Sharpsburg EMS out of turmoil

June 13, 1998|By LISA GRAYBEAL

SHARPSBURG - Almost a year since Sharpsburg Area Emergency Medical Services nearly folded in the midst of internal divisions and declining membership, officers and volunteers are seeing almost a full recovery of the organization they had to rescue.

"A lot of dedicated people came back and helped us get out of the bind we were in," said Danielle Beasley, captain and treasurer of the company.

But it wasn't long ago that the Sharpsburg native and dedicated ambulance volunteer cut back her hours when dissention among members and a variety of other problems riddled the organization meant to serve the community.

Last August, the Washington County Fire & Rescue Association placed the company on probation and assumed daily operations because the number of active emergency medical technicians had dwindled below the minimum of 10 required by the county.


The company had already lost its state certification in Advanced Life Support because it did not have enough qualified paramedics. The area relied on coverage by ambulance companies from Williamsport and Boonsboro.

Meanwhile, 13-year Chief Larry Myers announced he was taking a 30-day leave of absence due to stress. He returned only to resign from the company for good.

Lack of professionalism, low morale, and poor business practices, among other accusations from volunteers, began bogging down the company.

"Nobody wanted to volunteer their time," said Bill Myers, president of the company.

Disgruntled members were putting their time in elsewhere and few new volunteers signed up to serve, he said.

But Myers said the company has made great strides in a year.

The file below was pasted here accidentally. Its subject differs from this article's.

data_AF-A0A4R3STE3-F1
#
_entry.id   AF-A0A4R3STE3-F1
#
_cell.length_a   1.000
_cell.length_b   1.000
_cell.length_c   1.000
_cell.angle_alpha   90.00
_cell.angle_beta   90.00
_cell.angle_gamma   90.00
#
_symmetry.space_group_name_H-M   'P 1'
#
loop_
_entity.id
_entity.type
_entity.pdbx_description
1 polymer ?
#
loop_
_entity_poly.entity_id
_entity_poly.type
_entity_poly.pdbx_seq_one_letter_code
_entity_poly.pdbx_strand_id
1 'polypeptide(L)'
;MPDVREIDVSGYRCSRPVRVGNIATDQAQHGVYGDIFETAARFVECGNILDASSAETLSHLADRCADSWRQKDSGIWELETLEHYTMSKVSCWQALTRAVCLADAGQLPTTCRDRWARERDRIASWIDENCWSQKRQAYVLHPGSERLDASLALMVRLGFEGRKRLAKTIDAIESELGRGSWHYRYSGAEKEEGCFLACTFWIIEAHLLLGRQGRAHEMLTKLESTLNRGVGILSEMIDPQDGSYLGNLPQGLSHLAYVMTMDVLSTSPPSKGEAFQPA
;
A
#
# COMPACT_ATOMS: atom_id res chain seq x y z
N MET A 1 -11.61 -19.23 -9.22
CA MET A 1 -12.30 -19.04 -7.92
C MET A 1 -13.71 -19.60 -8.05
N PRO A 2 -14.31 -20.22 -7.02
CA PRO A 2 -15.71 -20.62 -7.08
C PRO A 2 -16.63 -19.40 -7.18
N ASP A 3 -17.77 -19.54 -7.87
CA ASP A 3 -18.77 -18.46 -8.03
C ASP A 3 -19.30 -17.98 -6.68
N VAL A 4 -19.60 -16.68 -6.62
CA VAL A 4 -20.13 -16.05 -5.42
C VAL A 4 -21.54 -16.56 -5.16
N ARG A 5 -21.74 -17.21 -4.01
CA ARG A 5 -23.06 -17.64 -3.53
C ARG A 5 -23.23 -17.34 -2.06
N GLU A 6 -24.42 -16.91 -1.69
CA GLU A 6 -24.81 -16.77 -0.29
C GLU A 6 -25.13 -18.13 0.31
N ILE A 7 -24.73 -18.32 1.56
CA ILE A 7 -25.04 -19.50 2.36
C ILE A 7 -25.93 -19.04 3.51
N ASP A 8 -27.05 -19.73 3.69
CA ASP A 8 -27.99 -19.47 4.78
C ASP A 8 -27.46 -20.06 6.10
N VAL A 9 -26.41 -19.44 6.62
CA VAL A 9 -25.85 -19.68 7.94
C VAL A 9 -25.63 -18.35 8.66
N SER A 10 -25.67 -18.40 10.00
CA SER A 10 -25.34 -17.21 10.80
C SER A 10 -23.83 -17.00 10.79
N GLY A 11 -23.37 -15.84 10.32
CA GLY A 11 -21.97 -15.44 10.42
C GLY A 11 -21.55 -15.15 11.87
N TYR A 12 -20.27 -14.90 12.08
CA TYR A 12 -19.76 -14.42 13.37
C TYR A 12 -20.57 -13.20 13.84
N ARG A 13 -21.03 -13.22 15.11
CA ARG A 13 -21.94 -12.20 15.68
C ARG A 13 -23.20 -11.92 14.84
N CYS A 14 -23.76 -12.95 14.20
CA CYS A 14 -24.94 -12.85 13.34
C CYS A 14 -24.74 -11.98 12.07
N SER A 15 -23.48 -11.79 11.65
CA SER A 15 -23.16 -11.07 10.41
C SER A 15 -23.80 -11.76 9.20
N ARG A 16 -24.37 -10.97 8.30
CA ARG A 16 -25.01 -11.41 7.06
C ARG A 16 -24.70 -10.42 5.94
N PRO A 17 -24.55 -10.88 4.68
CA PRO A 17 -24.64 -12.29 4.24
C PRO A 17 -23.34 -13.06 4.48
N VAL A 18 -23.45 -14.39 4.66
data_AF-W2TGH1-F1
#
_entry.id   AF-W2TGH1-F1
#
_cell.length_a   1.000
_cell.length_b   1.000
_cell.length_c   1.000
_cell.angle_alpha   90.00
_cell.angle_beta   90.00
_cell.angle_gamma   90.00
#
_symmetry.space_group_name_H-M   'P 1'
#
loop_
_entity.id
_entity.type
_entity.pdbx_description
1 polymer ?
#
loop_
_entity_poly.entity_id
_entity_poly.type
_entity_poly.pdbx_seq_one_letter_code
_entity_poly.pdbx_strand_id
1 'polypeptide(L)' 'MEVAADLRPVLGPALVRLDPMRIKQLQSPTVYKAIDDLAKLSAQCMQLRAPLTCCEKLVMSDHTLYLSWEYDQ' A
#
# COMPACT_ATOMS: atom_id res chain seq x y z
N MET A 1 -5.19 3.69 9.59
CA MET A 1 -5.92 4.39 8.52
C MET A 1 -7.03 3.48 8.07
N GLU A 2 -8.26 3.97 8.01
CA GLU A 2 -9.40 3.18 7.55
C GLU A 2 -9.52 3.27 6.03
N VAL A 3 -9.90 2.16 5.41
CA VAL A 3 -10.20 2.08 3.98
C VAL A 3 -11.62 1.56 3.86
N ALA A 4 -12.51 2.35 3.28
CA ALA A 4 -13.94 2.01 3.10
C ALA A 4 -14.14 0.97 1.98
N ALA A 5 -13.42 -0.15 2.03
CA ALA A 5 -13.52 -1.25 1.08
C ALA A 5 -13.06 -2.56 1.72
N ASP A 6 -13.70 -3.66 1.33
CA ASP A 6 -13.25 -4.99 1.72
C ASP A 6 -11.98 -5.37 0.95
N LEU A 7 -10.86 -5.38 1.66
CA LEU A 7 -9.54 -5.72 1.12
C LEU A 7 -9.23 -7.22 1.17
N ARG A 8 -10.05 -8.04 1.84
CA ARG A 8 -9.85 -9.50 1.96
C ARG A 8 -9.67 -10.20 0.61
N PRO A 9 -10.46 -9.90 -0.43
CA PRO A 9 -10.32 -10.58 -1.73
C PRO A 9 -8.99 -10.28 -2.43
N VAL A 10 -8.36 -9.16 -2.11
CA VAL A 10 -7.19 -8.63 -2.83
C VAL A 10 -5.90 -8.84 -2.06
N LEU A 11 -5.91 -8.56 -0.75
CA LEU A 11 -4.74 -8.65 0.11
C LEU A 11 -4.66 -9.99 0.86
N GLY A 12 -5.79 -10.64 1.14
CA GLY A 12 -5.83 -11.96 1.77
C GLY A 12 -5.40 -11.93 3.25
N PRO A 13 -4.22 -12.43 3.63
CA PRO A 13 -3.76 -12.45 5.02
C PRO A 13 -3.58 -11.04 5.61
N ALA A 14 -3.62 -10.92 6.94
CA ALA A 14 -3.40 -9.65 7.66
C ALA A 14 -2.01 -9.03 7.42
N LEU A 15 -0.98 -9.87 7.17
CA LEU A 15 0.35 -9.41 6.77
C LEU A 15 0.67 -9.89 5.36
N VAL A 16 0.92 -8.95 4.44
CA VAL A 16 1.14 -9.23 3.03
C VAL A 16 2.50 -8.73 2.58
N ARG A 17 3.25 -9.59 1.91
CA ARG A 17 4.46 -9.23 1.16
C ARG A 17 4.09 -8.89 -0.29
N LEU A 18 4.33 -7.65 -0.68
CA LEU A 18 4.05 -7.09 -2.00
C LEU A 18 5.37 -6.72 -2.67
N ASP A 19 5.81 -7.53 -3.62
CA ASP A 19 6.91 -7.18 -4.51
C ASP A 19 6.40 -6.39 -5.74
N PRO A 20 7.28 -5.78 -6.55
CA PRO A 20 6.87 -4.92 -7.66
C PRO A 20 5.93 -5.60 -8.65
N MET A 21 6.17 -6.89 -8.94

New Chief Lester Bussard took over at the beginning of this year, the officer positions have been filled, and the company's billing procedure is back on track as part of a huge reorganizational effort.

"We kind of tightened the reins. We run it like a business and we do it in a professional manner," he said.

In a year, volunteer numbers have shot up to more than 20 and, last month, the company got back its Advanced Life Support certification, Myers said.

A professional billing company that had been hired to catch up on the six months of billing that hadn't been done during the turmoil is now a permanent fixture, he said.

"I spend a lot of time down there. It's like my second home now, where before I didn't feel welcome. It's like a 100 percent turnaround," Beasley said.

Now volunteers and officers are working together for the common good of the company and forging new and repairing old relations in the community, she said.

The company has even scheduled a community EMS Day for August or September, co-hosted by the local fire company, which would've been unheard of a year ago, Beasley said.

"Members of both companies are working much better together," she said.

Company officials admit the reorganizational effort isn't over. Efforts to recruit more volunteers and raise money are ongoing, Beasley said.

But the strides made so far have at least put the emergency service back on track.

"The thing we really want is for the community to realize we have changed. The bottom line is to have a better service for the community," Beasley said.

Even through all of the problems, the community and past and present ambulance members never gave up hope and continued to support the company, Myers said.

"I think that's what it takes to make it go," he said.

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